The Frontstretch: Voices From the Heartland: Unusual Souvenirs; What to bring home next? by Jeff Meyer -- Thursday July 28, 2005

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One of the best things about writing for (and for free), is that in all reality, we are just here to have fun. This means that I don't always have to be ultra serious and can usually get away with writing just about anything I want, as long as somehow tie it to stock car racing. I suppose that once this site reaches the financial pinnacle of NASCAR itself, and I will be assigned to attend ALL the races with a generous expense account at my disposal, I will have to be more serious. I'll worry about that burden when it comes. For now, let's have some fun (and reader participation!)

Although I have been a race fan for many years, the first race that I actually had the joy to attend was the 2002 Sharpie 500 at the Holy Mecca of all NASCAR fans; Bristol Motor Speedway. Yes, that's right, my first true NASCAR experience was an event that Sports Illustrated recently listed among 25 events or locations that sports fans should experience this summer. I am currently preparing for my 4th consecutive year!

Although I didn't know it at the time, that first race was the start of a rather unusual tradition, or quest even, to bring home a most unusual souvenir from each race that I have attended. Not just hats, t-shirts and the normal stuff, but something weird that every time I look at it, it brings a special story to mind about that particular race trip. Here are a few examples.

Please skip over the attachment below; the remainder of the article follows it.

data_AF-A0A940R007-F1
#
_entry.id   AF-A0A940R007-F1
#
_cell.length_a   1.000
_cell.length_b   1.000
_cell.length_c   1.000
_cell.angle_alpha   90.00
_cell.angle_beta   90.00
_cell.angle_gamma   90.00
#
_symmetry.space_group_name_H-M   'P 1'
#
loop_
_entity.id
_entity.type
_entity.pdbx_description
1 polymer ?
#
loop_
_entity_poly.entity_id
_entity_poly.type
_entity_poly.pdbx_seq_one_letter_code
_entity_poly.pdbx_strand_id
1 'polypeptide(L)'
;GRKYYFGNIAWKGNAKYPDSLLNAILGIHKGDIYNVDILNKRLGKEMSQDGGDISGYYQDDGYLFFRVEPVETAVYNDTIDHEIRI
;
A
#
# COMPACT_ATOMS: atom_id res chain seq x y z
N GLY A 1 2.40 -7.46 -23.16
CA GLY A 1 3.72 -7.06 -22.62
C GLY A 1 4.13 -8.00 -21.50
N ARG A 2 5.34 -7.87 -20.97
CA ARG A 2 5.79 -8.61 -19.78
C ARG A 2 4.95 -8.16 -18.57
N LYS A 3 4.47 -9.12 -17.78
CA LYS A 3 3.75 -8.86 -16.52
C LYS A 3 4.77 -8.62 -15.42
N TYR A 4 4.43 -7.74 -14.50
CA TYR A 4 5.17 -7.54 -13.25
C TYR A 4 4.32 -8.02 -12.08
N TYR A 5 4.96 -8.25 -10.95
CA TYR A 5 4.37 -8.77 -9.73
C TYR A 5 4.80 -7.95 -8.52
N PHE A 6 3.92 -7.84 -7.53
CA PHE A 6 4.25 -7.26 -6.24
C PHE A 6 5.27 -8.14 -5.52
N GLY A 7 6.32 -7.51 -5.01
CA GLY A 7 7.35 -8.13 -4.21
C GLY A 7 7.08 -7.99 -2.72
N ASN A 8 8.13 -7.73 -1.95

Bristol, Sharpie 500, 2002: This being my first race as I said, I did not yet realize that I was actually looking for something out of the ordinary. However, looking back, one of the things that I remember most proudly is my first NASCAR autograph. My first autograph was not that of a driver, but rather El Presidente himself, Mike Helton. I literally bumped into him in downtown Bristol! Keep in mind that Mike was much larger than he is now, so when you think about it, maybe it wasn't such a freakish thing. Bristol Motor Speedway and Mike Helton; start at the top and work your way down is how I figure it!

Bristol, Sharpie 500, 2003: Ok, some people may find this one a bit ghoulish, but it was this particular item that actually started the tradition. On the night of the CTS race, some poor guy, shall we say, passed away in the campground a few trailers down from us. His buddies came back from the Truck race and found him that way. Apparently he was already 'really passed away' because there was no frantic or hurried efforts to bring him about to a better condition, as evidenced by the standing around of the paramedics, who, as it turned out, were waiting for the coroner to arrive to look at him and confirm their suspicions.